Art & Entertainment | Book Reviews | Education | Entertainment Video | Health | Lifestyle | Sport | Sport Video | Search


Auckland: Street Photography Exhibition Opening this Sunday

Auckland through the lens of a smartphone: unique street photography exhibition opening this Sunday

A unique street photography campaign that has captured the hustle and bustle of Auckland city in a series of stunning gallery images is set to open to the public this Sunday. Unlike most photography exhibitions, each and every artistic street shot was taken entirely on a smartphone – the Huawei P10, making it potentially New Zealand’s very first smartphone photography exhibition. The exhibition will be held at Metro Gallery in Auckland and will run from Sunday 1stOctober until Tuesday 31st October.

The talented multi-award winning Auckland photographer behind the exhibition, Richard Wong, is excited to share the incredible shots he captured on his Huawei P10 device. “I’m looking forward to Aucklanders experiencing the exhibition – I anticipate many viewers who aren’t aware of the camera details will assume a high-end professional camera was used for the photographs,” says Wong.

Wong’s street style photography utilises the Huawei P10 Leica dual lens camera - one lens of which is entirely dedicated to black and white photography - resulting in sharp, striking shots. Wong has also emphasised natural lighting throughout the collection, relying on shadowing and streams of natural sunlight to take stunning city shots. “As a professional photographer, I was amazed by how detailed photographs looked on my Huawei P10 camera. After I started taking casual photographs on my device and realised how incredible the camera really is, I challenged myself to create an entire gallery-worthy collection of photographs that could be exhibited in a leading art gallery,” says Wong. “I’m thrilled that I managed to accomplish this goal and am excited to share my collection.”

Wong is an advocate for smartphone photography. He says he often gets friends, family and followers asking him which high-end camera they need to purchase to take quality photographs. Wong says that amateur photographers don’t necessarily need to wait until they can afford expensive equipment when they likely already have a decent camera in their pocket, and hopes this exhibition will inspire budding photographers to get out and about and start shooting.

“Your smartphone is more than capable of taking stunning photographs, and best of all, it is always on you. Smartphones give the photographer more flexibility to take spontaneous shots without having to set up elaborate photography equipment. My exhibition shows that in 2017, everyone can be a photographer,” concludes Wong.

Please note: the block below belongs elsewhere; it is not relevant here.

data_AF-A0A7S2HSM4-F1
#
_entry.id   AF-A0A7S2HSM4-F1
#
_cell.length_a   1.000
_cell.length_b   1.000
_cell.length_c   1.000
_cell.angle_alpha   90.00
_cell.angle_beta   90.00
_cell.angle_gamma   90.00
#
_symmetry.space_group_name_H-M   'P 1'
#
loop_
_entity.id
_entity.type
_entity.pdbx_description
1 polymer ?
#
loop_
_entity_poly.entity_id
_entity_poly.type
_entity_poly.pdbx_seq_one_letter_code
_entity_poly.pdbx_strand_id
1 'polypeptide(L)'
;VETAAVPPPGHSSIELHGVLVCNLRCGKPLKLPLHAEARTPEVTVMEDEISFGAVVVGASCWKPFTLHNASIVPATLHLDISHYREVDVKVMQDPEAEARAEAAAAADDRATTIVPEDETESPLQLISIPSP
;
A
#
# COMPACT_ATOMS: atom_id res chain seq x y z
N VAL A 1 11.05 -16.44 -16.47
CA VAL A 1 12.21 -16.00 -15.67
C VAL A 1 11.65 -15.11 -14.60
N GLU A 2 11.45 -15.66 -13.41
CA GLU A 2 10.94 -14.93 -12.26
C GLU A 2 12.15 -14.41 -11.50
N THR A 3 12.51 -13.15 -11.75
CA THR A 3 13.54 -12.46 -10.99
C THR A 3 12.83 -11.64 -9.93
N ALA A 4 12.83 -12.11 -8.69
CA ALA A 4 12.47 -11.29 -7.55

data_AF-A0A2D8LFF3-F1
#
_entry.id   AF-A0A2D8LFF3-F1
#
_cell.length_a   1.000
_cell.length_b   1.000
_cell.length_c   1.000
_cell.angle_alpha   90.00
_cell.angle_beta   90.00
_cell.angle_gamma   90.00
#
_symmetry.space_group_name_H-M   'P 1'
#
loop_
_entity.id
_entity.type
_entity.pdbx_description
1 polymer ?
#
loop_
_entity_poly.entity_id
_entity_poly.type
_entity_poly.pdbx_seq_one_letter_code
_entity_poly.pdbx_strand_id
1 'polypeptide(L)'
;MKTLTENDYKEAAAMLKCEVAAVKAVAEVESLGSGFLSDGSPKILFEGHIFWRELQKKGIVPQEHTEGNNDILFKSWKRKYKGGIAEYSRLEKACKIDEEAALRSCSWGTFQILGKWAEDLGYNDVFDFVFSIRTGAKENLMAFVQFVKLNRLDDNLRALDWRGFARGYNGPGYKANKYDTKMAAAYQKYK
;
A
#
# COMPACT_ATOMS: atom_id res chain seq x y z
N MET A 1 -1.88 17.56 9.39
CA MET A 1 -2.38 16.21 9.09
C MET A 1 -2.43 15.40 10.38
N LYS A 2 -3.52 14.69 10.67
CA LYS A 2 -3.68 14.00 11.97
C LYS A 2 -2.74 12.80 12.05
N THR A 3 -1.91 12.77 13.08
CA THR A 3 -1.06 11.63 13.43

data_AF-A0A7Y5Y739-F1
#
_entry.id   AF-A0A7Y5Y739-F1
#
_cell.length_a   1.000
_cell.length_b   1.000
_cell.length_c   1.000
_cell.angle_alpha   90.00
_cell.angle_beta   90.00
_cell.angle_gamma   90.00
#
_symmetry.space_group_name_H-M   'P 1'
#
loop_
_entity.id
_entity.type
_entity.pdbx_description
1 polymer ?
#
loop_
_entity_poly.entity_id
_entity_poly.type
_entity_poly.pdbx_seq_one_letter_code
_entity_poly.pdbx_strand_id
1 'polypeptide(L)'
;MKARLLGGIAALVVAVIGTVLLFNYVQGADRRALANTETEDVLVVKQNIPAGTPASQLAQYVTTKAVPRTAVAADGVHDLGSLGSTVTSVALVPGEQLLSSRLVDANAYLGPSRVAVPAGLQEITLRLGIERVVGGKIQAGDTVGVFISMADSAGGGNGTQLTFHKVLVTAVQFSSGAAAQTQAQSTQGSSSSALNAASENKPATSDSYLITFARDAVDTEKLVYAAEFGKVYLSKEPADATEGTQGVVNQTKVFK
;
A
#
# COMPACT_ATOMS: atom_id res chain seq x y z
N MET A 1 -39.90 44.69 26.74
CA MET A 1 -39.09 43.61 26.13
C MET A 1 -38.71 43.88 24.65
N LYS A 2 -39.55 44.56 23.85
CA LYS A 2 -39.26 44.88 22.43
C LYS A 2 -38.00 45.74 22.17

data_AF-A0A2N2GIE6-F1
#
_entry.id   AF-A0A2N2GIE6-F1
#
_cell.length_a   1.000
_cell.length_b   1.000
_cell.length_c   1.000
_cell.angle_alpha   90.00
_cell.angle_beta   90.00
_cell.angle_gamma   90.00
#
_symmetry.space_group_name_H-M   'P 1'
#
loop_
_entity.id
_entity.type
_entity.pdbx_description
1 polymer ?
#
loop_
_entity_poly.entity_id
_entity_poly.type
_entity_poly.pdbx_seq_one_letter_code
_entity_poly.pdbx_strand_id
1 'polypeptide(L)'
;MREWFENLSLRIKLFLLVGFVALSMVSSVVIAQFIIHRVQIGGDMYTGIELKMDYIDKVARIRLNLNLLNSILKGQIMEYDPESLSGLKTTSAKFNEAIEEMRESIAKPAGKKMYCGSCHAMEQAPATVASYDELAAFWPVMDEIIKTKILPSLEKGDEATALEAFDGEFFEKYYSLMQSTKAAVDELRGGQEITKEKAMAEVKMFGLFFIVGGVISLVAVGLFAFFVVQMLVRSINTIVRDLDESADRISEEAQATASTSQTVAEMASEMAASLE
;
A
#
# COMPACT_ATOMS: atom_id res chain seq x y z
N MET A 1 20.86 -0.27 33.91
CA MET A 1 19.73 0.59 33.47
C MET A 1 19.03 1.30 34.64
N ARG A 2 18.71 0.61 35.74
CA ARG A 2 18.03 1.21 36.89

Richard Wong’s smartphone photography tips:

• Hold the phone with two hands for a more steady and sharp photo

• If you find your photo or your subject is too dark, (which usually happens when you are shooting with the sun or strong light behind your subject), tap on something that is dark in the scene from a similar distance and the photo will be brighter

• You can plug in headphones and use it as a remote trigger to take a photo

• Shoot in RAW mode if you are preparing to do a bit of photo editing yourself

• The Huawei P10 camera has a manual control (Pro mode), which gives you ‘DSLR style’ manual camera control. You don’t have to shoot in manual mode all the time as the camera is pretty smart by itself these days, but it’s good when you want to be more creative or pick the best setting yourself


© Scoop Media

Culture Headlines | Health Headlines | Education Headlines


Howard Davis: Emerald Fennell's Promising Young Woman'

The Guardian needed not one, but three reviews to do justice to Fennell's unsettling approach, which indicates exactly how ambiguous and controversial its message really is. More>>

Howard Davis: Jill Trevelyan's Rita Angus

Although Angus has become one of Aotearoa’s best-loved painters, the story of her life remained little known and poorly understood before Jill Trevelyan's acclaimed and revelatory biography, which won the Non Fiction Award at the Montana New Zealand Book Awards in 2009, and has now been republished by Te Papa press. More>>

Howard Davis: The Back of the Painting

Painting conservators are the forensic pathologists of the art world. While they cannot bring their subjects back to life, they do provide fascinating insights into the precise circumstances of a painting's creation, its material authenticity, and constructive methodology. More>>

Howard Davis: Black Panthers on the Prowl

A passionate and gripping political drama from Shaka King, this is an informative and instructive tale of human frailty that centers around the charismatic Chicago Black Panther leader Fred Hampton, who was murdered at the age of twenty-one during a police raid. More>>

Howard Davis: Controlling the High Ground

Stephen Johnson's raw and angry film not only poses important questions with scrupulous authenticity, but also provides a timely reminder of the genocidal consequences of casual bigotry and xenophobia. More>>

Howard Davis: Dryzabone - Robert Conolly's The Dry

After the terrible devastation caused by last year’s bushfires, which prompted hundreds of Australians to shelter in the ocean to escape incineration and destroyed uncountable amounts of wildlife, The Dry has been released during a totally different kind of dry spell. More>>

Howard Davis: Hit the Road, Jack - Chloé Zhao's Nomadland

Nomadland is perhaps the ultimately 'road' movie as it follows a group of dispossessed and disenfranchised vagabonds who find a form of communal refuge in camp sites and trailer parks after the economic contraction of 2008. More>>



  • Wellington
  • Christchurch
  • Auckland